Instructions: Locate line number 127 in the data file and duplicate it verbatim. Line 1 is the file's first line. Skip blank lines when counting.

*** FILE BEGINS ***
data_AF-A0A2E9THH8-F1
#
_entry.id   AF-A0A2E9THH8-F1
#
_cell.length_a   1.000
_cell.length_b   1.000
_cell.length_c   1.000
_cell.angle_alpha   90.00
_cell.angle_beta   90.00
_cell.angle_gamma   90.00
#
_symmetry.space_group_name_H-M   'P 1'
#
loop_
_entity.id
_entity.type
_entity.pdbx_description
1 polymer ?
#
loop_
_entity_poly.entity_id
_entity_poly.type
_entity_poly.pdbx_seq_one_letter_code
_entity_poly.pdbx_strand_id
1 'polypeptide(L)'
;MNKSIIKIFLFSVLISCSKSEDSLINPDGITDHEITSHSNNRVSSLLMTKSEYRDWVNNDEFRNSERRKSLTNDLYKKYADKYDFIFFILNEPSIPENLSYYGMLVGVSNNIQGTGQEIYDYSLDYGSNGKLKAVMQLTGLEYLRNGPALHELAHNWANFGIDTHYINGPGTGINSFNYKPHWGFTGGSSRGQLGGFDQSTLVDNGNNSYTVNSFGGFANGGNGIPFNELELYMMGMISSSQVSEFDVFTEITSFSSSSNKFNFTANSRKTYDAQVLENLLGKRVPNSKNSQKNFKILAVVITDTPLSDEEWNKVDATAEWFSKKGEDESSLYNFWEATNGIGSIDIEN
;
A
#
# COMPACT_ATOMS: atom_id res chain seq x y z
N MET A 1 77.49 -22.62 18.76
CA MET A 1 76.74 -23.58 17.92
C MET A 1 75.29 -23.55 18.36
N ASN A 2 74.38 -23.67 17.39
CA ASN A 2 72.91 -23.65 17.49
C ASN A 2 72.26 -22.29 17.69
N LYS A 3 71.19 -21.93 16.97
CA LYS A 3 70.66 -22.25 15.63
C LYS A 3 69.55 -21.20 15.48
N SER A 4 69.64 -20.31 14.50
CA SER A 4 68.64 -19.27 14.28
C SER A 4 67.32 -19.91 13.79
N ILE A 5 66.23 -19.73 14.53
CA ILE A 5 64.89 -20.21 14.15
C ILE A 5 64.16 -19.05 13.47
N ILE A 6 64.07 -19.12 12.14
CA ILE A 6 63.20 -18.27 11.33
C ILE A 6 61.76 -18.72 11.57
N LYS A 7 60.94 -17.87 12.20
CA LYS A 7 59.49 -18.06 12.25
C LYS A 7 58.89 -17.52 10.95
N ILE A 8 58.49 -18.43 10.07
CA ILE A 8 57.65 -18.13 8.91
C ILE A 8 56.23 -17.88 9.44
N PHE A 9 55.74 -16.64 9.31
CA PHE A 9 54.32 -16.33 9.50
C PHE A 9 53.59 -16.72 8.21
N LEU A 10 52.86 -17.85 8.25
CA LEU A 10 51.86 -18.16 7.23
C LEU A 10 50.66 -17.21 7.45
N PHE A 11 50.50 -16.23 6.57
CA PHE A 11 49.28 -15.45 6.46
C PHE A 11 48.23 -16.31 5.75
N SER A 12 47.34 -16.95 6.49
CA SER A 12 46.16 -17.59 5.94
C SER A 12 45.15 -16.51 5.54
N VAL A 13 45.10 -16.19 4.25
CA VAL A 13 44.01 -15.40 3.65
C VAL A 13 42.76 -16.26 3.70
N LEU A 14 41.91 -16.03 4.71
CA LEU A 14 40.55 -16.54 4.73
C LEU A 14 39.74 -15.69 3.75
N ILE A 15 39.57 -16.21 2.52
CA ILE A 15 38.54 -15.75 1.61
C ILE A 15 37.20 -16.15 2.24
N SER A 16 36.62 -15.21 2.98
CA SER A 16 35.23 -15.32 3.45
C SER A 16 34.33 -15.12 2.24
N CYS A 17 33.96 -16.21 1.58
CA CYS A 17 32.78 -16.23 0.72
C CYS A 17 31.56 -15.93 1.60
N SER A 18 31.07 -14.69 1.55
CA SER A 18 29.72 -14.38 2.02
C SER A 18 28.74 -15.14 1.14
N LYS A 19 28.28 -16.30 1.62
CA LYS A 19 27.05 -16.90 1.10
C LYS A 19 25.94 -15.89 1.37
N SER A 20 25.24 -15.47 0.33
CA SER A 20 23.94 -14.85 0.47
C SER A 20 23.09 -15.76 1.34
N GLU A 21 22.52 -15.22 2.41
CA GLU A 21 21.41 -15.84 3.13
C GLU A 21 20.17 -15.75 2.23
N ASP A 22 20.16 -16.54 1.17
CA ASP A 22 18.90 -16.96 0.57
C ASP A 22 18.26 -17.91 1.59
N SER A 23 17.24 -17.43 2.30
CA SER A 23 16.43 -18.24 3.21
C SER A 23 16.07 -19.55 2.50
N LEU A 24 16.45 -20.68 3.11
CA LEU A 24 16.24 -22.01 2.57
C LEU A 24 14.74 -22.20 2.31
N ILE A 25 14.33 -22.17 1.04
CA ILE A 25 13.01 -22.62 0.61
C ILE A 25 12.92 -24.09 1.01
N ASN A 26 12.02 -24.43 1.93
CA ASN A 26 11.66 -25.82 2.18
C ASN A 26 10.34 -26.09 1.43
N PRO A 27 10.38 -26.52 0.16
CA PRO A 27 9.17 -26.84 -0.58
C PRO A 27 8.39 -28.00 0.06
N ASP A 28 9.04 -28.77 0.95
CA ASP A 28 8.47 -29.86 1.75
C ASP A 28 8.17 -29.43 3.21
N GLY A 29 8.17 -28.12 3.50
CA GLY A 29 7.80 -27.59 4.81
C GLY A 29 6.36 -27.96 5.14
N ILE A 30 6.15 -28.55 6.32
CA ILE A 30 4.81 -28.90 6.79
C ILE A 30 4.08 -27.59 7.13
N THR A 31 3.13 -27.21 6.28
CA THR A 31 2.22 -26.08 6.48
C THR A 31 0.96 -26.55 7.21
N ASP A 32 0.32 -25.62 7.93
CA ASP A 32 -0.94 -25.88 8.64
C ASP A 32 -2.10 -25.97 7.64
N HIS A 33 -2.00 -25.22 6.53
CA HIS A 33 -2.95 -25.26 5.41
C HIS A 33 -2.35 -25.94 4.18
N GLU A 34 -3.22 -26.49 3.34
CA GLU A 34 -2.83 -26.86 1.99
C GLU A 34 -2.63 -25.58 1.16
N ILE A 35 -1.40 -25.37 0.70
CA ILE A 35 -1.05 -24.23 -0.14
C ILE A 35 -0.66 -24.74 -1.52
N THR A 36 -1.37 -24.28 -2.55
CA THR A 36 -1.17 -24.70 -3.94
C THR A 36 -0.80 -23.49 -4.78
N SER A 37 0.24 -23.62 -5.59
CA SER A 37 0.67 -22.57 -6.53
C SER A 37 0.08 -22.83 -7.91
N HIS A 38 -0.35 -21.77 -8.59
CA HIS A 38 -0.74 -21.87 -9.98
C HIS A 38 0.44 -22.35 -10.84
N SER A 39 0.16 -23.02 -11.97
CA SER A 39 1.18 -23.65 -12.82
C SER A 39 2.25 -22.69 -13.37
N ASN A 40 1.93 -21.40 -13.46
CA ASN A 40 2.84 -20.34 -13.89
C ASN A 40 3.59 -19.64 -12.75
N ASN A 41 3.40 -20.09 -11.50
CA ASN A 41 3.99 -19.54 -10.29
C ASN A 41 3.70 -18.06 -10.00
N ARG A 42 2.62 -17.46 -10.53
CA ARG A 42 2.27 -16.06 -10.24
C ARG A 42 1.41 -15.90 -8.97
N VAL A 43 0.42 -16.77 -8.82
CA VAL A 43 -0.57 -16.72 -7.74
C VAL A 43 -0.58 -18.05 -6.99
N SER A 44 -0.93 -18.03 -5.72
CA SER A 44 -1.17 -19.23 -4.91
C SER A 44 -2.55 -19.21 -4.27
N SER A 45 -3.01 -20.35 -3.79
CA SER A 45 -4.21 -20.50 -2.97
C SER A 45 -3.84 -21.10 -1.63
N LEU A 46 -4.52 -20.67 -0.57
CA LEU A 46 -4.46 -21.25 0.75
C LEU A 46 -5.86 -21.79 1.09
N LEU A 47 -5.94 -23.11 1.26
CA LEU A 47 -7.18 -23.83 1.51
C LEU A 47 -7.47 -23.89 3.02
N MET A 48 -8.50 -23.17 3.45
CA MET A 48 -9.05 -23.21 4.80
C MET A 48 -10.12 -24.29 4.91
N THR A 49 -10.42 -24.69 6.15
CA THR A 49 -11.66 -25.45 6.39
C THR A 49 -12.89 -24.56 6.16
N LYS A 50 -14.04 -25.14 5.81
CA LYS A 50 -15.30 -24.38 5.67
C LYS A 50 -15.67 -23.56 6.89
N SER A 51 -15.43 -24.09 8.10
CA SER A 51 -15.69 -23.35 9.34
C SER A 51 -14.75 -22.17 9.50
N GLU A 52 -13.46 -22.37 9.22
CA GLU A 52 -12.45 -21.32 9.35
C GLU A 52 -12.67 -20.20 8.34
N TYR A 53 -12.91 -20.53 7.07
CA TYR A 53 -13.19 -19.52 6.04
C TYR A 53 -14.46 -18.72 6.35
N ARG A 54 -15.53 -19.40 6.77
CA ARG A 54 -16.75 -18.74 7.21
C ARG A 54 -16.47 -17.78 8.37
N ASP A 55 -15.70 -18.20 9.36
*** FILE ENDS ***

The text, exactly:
N HIS A 33 -2.00 -25.22 6.53